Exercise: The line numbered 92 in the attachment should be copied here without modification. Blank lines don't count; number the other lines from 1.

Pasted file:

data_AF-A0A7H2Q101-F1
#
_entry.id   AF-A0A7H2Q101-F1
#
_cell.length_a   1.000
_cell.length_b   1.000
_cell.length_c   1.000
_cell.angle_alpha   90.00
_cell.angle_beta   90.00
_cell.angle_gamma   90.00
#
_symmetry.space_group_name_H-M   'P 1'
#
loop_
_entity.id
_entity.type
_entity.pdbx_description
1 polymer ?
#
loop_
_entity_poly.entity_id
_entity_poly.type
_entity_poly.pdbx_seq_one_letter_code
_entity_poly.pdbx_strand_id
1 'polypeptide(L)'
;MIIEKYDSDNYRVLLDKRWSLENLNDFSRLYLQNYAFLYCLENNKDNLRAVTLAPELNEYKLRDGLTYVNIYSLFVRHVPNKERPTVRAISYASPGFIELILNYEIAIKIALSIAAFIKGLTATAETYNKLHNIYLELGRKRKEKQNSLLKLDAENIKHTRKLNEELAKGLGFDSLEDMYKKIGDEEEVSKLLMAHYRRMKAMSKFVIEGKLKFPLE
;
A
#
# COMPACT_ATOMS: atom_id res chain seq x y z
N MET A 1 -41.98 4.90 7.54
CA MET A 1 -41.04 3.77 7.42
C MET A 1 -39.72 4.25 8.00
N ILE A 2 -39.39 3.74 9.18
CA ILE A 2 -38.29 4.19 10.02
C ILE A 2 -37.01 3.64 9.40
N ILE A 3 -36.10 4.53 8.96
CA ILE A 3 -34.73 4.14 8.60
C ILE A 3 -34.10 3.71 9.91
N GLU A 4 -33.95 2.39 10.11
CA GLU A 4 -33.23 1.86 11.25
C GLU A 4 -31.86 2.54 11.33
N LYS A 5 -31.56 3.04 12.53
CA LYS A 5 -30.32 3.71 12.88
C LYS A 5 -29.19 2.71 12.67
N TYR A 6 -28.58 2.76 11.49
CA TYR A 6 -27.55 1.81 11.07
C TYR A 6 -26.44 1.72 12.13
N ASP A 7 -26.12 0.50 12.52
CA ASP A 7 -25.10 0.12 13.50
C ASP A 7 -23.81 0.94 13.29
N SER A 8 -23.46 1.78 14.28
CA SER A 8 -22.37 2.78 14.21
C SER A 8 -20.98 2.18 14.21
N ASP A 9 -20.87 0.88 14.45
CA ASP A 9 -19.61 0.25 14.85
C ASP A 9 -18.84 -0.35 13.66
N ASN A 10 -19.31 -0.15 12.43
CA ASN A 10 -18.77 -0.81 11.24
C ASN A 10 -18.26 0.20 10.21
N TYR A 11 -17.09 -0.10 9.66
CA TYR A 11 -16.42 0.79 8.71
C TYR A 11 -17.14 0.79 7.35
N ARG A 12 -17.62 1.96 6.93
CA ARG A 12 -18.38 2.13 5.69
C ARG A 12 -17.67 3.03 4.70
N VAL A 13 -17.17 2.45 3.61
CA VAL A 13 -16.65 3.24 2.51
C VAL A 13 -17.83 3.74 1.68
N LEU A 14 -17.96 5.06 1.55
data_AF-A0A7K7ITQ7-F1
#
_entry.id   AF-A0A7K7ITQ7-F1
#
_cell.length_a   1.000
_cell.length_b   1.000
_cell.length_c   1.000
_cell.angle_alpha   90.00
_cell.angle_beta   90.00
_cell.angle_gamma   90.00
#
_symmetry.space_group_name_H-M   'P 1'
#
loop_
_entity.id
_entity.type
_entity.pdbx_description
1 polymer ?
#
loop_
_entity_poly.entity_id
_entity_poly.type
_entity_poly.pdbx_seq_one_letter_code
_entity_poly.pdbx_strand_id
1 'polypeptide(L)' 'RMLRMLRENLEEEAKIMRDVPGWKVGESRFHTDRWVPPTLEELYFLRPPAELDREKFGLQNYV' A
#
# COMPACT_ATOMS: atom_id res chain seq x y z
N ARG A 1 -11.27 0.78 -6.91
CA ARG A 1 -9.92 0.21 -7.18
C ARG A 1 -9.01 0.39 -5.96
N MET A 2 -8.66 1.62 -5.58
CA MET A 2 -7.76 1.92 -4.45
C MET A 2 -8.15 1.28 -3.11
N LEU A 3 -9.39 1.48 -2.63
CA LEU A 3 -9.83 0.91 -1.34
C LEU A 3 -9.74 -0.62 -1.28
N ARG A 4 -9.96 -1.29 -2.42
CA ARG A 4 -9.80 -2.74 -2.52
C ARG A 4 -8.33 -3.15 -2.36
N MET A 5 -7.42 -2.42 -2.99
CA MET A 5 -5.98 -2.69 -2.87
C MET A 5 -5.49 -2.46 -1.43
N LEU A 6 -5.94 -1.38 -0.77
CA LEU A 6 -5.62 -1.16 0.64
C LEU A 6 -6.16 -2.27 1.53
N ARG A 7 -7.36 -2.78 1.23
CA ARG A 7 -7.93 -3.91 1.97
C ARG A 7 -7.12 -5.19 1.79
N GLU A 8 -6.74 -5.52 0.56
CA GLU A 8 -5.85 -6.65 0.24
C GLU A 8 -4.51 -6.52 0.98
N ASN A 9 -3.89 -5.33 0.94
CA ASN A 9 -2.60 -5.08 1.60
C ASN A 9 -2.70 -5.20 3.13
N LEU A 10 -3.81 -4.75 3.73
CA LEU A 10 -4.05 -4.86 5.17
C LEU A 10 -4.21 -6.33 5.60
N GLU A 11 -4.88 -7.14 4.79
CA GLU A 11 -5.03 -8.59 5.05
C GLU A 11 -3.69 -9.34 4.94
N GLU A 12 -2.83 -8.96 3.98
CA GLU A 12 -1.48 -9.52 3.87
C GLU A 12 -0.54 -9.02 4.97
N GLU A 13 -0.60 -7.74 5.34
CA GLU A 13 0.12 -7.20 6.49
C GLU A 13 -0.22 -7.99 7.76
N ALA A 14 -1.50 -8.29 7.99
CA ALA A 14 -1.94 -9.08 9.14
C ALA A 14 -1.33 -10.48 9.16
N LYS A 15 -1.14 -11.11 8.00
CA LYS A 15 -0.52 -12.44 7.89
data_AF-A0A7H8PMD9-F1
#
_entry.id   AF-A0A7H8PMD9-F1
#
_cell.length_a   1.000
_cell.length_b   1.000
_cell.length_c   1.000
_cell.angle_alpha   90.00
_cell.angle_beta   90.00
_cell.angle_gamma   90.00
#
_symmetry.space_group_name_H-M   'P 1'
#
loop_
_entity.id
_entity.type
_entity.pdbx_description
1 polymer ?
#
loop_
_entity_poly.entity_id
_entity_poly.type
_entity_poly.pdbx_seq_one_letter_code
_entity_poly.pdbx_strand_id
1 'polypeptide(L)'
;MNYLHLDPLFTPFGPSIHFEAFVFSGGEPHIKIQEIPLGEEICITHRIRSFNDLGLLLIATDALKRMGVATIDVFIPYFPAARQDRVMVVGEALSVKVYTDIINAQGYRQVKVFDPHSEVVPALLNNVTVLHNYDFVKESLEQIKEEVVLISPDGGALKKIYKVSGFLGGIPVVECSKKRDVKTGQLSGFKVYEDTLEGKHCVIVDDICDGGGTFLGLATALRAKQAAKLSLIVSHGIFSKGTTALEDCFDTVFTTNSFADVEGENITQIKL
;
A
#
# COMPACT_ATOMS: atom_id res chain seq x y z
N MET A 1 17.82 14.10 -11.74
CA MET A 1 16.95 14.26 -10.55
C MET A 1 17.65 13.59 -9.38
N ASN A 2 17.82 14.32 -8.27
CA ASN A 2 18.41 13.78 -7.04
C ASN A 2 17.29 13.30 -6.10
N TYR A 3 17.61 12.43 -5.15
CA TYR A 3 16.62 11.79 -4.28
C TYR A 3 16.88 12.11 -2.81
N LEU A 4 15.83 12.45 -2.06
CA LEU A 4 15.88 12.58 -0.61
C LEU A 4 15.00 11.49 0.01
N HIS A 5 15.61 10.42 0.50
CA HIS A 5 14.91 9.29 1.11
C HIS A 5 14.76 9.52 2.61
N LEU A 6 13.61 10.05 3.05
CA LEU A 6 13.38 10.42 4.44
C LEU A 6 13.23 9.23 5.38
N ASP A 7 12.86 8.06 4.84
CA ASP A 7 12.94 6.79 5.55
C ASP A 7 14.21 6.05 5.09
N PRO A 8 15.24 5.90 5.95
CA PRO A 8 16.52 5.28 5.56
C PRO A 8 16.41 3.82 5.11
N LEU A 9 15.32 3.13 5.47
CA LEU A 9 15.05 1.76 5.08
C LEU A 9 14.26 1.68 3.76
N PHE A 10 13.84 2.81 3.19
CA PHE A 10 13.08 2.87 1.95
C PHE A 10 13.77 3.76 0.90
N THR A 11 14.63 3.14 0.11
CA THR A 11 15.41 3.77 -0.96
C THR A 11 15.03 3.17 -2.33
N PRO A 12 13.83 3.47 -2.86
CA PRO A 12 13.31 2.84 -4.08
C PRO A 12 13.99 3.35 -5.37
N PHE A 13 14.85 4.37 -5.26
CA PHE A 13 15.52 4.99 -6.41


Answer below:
_entity_poly.type